This week's Realign Resources for Mission Weekly Update comes from Father Paul Donnelly, Pastor of Our Lady of Guadalupe in Flint on the RRM Principle: "A parish in the Diocese of Lansing instills shared responsibility by all members for the mission of seeking the lost and serving the poor". You can also watch the weekly update video below from Terri Witt, parishioner at Saint Robert Bellarmine in Flushing and member of the Realign Resources for Mission committee. Father Donnelly writes:
“Knock, and the Door Shall Be Opened,” (Matthew 7:7)
On the east side of Flint live thousands of families and singles who live their lives gratefully, on days of hardship and days of glory alike. Beginning with Father Dan Kogut on the day after I moved to Flint in 2015, some friends and I have met many east-siders by the simple means of walking from block to block and knocking on front doors.
They open the doors, and they are wonderful people. They live difficult days and easy days, as do we all, and befriending them has been a joy. As visitors to a house, we begin with a simple declaration: “Good afternoon! We’re your neighbors, but we haven’t met, and we came to meet you.” Rather than approaching with any question or offer to help, we enter into relationship with strangers by expressing that we would rather not remain strangers. These modest meetings on front stoops have blossomed into countless moments of new friendship, of praying aloud in Jesus' name, of answering questions that people having been longing to ask about the Lord and his Church. Families have returned to the sacraments who were away, while others who have lived lives outside of the church have asked in earnest faith for the grace of baptism.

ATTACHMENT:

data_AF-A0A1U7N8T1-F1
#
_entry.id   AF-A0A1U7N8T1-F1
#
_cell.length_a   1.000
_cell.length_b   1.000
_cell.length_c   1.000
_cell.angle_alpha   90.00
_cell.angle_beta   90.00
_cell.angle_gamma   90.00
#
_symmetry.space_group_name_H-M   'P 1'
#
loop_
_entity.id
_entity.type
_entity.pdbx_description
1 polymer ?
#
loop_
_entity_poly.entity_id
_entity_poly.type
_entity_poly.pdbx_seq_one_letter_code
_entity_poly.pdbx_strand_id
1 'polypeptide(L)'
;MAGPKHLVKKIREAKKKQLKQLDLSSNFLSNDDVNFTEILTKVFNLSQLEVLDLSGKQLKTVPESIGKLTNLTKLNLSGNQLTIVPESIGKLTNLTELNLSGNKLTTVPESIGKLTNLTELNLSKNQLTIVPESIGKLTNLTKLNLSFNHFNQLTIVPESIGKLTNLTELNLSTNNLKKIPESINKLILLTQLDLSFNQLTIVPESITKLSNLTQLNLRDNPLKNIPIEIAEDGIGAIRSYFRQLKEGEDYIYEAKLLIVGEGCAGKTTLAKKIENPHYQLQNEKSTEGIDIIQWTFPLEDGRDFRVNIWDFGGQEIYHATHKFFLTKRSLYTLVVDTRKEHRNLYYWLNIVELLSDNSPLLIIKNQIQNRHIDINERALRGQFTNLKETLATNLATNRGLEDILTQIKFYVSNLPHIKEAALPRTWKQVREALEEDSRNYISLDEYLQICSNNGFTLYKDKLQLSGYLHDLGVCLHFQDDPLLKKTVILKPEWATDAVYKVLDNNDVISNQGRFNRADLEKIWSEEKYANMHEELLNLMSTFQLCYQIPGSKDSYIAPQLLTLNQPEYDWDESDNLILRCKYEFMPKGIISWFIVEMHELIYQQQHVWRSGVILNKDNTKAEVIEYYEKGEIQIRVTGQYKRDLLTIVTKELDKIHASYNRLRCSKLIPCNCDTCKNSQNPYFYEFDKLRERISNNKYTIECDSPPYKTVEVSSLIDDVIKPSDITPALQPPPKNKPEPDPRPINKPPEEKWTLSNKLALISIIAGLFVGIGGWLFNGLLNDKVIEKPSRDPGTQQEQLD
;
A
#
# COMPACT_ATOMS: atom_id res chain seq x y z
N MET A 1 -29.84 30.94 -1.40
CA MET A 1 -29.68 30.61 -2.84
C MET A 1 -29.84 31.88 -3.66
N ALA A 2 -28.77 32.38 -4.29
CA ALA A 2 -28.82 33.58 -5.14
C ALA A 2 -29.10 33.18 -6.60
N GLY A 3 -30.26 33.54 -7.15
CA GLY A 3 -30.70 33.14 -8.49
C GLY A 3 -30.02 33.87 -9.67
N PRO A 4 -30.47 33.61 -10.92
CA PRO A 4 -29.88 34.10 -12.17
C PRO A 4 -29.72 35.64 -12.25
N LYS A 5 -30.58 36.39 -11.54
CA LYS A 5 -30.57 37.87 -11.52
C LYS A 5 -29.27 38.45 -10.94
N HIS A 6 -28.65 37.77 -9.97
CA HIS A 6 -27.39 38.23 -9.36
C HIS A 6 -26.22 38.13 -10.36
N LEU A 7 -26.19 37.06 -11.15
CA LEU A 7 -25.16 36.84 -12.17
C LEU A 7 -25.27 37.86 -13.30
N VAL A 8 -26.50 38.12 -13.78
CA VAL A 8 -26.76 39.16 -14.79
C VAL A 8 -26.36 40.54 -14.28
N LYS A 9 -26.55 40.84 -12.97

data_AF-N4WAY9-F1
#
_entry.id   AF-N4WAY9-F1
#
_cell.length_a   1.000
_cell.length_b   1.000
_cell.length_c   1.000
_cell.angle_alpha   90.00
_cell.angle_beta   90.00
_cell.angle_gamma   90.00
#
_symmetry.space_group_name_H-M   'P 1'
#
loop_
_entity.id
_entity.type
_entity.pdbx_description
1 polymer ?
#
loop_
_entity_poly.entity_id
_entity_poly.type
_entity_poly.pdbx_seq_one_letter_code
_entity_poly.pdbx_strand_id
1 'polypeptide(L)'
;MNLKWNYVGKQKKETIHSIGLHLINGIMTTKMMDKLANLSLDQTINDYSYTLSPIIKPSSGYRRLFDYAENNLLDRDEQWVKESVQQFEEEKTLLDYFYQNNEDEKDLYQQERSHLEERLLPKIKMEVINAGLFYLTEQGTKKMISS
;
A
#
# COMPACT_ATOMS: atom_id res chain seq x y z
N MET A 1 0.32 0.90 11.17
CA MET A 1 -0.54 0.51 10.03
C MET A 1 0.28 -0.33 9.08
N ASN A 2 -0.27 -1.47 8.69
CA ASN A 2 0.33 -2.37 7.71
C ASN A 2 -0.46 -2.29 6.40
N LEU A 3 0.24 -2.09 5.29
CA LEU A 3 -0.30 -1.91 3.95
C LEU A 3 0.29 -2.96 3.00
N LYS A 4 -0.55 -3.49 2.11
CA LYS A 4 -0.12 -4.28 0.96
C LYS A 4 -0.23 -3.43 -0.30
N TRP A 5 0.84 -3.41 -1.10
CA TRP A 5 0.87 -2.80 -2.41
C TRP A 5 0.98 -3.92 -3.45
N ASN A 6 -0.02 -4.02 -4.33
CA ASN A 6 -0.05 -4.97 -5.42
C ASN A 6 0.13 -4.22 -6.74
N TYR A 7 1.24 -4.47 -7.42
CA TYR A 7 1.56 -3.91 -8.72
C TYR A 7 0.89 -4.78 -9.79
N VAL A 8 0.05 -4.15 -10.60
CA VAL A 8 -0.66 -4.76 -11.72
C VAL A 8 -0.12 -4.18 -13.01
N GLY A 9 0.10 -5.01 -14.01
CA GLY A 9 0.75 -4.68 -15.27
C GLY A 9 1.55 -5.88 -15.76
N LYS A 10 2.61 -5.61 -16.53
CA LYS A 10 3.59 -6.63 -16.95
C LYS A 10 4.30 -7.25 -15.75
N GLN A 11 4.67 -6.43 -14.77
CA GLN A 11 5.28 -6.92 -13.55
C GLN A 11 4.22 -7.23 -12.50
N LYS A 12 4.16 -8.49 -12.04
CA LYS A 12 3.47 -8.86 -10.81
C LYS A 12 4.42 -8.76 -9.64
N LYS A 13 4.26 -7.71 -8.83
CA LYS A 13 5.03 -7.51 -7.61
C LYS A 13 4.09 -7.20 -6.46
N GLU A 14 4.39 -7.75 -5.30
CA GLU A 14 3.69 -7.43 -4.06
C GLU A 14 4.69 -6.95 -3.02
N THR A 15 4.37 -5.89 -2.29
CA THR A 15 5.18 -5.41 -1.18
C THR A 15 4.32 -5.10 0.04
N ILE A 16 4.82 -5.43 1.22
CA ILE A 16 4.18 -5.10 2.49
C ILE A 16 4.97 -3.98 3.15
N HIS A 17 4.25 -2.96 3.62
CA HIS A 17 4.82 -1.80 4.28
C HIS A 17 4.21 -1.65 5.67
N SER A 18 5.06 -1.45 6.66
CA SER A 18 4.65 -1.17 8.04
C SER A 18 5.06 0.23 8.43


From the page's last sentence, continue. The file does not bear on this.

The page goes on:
Detail: The Lord's Supper, Print by Fritz Eichenberg, 1951
A few neighbors have preferred to be left alone, and they have said so politely: “No, thanks.” Other than these two or three occasions, every resident of the thousands of houses we have visited has warmly welcomed us. Now, at times I have felt frustrated by the quick reply of some Catholic mass-goers when they hear that we, uninvited, visit people in the city of Flint. "Be careful!," they say. "You shouldn't be out in those neighborhoods." "You could get shot." These precautions are well-meaning but, effectively, excessive and not based in reality. Sister Christina Frey, Deacon Mike Martin, dozens of laypeople from Flint, Ann Arbor, Lansing and all the zip codes in between can confidently say that walking in those neighborhoods is a blessing, not a curse. We have never been in danger of harm.
Behaving with such caution that we never meet our neighbors has not been a successful strategy for seeking out and meeting the lost. When we believers seek out other folks, then enjoying moments of mutual joy and esteem and gratitude, the Father's heart is pleased. He sees his daughters and sons loving his other daughters and sons; the Good Shepherd sees the sheep of his flock seeking out those sheep who are not yet of his flock. The Lord takes a risk by becoming vulnerable to us in the Incarnation; we must also take a risk by becoming visible to our neighbors. If we do not knock, the door cannot be opened. Will you knock?